In part 1 of this series I outlined what might be called my dream for a remote-canister Vortex Burner Stove - my solution for an ultralight winter stove. In Part 2 I covered the design and manufacture of the titanium vortex burner chamber. In this Part 3 we go into the mechanical design of the stove body and the needle valve, and then we delve deeply into the flame shape and the fuel/air requirements of a vortex burner. If you haven't read Part 1 and Part 2, do so first, because all the background to this article is given in those Parts, and is assumed here.
By "stove body" I mean the bar-like lump of aluminum which goes between the hose from the canister and the jet inside the burner chamber. You will have seen several versions of this in Parts 1 and 2. This has to provide some services listed below.
- It has to support the jet in the middle of the base plate, at the bottom (this is pretty simple).
- It has to be the connection point for the hose.
- It has to have the valve seat right near the jet, in the gas flow.
- It has to hold the screw thread for the needle valve somewhere far from the jet.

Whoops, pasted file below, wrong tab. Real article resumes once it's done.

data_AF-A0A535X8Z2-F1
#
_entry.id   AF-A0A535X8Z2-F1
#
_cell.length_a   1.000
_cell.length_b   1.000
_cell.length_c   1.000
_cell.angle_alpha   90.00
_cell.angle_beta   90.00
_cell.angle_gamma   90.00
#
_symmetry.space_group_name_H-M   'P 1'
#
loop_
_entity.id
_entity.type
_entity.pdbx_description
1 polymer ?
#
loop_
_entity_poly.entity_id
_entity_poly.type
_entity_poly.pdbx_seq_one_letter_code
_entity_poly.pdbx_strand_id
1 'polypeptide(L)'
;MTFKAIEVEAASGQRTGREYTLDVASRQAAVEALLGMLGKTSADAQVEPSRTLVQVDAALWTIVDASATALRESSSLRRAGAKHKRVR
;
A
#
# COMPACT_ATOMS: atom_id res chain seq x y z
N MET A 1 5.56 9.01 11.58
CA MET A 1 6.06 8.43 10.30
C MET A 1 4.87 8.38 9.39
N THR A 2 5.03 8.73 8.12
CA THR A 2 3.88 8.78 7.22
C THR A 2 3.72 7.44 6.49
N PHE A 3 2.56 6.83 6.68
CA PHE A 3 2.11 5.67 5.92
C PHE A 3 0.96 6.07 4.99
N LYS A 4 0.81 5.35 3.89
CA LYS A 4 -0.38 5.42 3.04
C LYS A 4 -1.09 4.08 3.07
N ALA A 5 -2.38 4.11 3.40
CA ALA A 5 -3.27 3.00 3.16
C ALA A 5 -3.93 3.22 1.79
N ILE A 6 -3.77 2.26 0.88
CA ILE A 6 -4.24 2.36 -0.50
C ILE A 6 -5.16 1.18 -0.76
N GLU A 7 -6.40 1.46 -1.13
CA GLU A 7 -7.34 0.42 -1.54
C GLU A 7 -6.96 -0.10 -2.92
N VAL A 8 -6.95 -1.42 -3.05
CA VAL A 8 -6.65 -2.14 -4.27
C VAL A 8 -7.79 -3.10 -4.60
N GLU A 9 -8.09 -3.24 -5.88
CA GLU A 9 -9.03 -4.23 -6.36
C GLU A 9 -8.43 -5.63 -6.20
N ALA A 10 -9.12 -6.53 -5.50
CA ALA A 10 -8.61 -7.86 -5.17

- It has to act as a heat exchanger for the liquid fuel coming out of the hose and the inverted canister.
- It has to get warm, but not so hot that the two Viton O-rings at the outer end get damaged.
A complication in the design was that I found I needed to machine all six sides of the bar, plus bore out the insides. This is not simple router-style machining like cutting out a pattern in 3-ply - but that is part of the fun with CNCs. The secret is to design suitable machining jigs and feasible machining sequences.
Needle Valve and Heat Exchanger: Theory
As you can see from all the photos, the hose connects to the stove body some distance from the jet, so the fuel has to go up the inside of the stove body, through a needle valve for control, and out through the jet. Following on from my success with the internal heat exchanger in the previous Winter Stove, I could see no reason not to do this again. That is, there will be a central bore down which the fuel will flow, but that bore will be largely filled up by the needle valve, so the fuel travels as a thin film. This is good for heat transfer and fuel vaporisation.
Read on to hear the whole story!
- Stove Body
- All About The Flames
- Fuel/Air Mixture Flammability
- Lighting the Stove
- Field Servicing and Accessing the Jet
- O-Rings and Safety
- Field Testing
- Summary so far
# of Photos: 11; Word Count: 5500